The answers to both questions, then, are (1) maybe, and (2) maybe.





9 thoughts on “Is Germany in a Recession? And if so, would we have predicted it?

    1. pgl

      Brucie ducks the question in the headline “what happened”. Maybe Brucie boy finally realized that Germany’s export/GDP ratio us much higher than China’s so little Brucie boy in all his fake knowledge of basic economics thinks the problem is that Germany’s economy is too open to trade. Of course little Brucie boy has not said that as he has not received the email from Kelly Anne Conway.

  1. JohnH

    Nobody may have yet confirmed a recession in Germany, but the outlook is not good: “Germany’s days as an industrial superpower are coming to an end…

    The underpinnings of Germany’s industrial machine have fallen like dominoes. The US is drifting away from Europe and is seeking to compete with its transatlantic allies for climate investment. China is becoming a bigger rival and is no longer an insatiable buyer of German goods. The final blow for some heavy manufacturers was the end of huge volumes of cheap Russian natural gas.”

    The question is–why have China’s potential problems garnered so much attention among commenters here while Germany’s so little? Could it be that, as some have suggested, that Germany was the real target of Russia sanctions and the destruction of NordStream II?

      1. JohnH

        Scheerpost? If I recall, I recently linked to Jeffrey Sachs and Jaimie Galbraith and their assessments of the Chinese economy in the context of US politics.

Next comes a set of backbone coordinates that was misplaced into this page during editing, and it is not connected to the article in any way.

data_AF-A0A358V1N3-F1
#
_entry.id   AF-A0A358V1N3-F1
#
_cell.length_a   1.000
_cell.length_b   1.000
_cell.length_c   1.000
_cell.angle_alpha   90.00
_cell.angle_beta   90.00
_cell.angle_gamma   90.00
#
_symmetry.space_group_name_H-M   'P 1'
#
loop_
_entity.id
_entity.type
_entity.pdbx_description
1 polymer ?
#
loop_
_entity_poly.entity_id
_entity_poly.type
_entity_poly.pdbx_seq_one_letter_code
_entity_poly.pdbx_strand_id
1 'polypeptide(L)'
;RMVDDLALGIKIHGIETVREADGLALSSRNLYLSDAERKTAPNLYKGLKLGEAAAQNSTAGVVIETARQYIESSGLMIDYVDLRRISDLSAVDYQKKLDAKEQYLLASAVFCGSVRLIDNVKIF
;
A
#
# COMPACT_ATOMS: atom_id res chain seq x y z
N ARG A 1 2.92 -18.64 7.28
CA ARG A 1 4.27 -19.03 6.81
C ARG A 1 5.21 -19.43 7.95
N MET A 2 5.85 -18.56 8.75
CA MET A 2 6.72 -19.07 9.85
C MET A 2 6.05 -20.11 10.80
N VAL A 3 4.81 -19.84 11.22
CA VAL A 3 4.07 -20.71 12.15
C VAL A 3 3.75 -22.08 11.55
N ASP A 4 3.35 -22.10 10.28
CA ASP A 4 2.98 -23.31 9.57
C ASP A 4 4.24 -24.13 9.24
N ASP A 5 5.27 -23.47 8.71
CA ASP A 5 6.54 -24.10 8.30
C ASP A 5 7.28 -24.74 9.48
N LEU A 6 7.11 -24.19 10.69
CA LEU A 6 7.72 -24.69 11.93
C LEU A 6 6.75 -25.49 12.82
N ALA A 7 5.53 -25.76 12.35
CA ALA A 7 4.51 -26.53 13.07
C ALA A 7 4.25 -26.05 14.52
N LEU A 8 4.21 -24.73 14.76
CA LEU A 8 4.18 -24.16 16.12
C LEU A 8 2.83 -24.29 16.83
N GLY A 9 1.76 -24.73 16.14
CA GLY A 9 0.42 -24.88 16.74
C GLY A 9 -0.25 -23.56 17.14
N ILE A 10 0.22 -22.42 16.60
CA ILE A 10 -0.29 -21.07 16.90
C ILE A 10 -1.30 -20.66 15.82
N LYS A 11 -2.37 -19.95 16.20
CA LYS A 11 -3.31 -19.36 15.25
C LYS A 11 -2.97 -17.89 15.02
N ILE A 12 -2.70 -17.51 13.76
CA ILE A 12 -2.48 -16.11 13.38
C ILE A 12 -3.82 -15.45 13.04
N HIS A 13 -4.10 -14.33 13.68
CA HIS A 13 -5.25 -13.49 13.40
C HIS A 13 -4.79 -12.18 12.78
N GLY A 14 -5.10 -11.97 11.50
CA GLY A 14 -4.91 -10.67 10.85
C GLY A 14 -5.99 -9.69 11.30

OK. The Boston Globe piece was also published by Bloomberg. And here is a another Bloomberg piece: “ Europe’s Economic Engine Is Breaking Down… Germany is at risk of a long, slow decline — with consequences for the whole of the EU.”

        Europe’s growth engine is breaking down? It sounds as newsworthy as China’s problems to me, yet there is a constant stream of negative commentary here about one and almost nothing about the other.

        1. Moses Herzog

          Complaining about little coverage of Germany’s problems in a post discussing the strong possibility of recession in Germany. This possibly ranks in the top 5 of reading comprehension howlers on this blog.

    1. Moses Herzog

      I have found in the past you can get around the Bloomberg paywall by using BNN Bloomberg (the Canadian version of Bloomberg). I always hesitate sharing these things as if more people do it they are more apt to slice off “the workaround”.

      I don’t know why I am sharing this with an idiot who won’t use it anyway, but this naive childish part of my personality can’t seem to not give people the benefit of the doubt.

    2. pgl

      “why have China’s potential problems garnered so much attention among commenters here while Germany’s so little?”

      I read two links to Germany’s issues in this comment section alone. Then again the links were provided by two morons – you and Bruce Hall.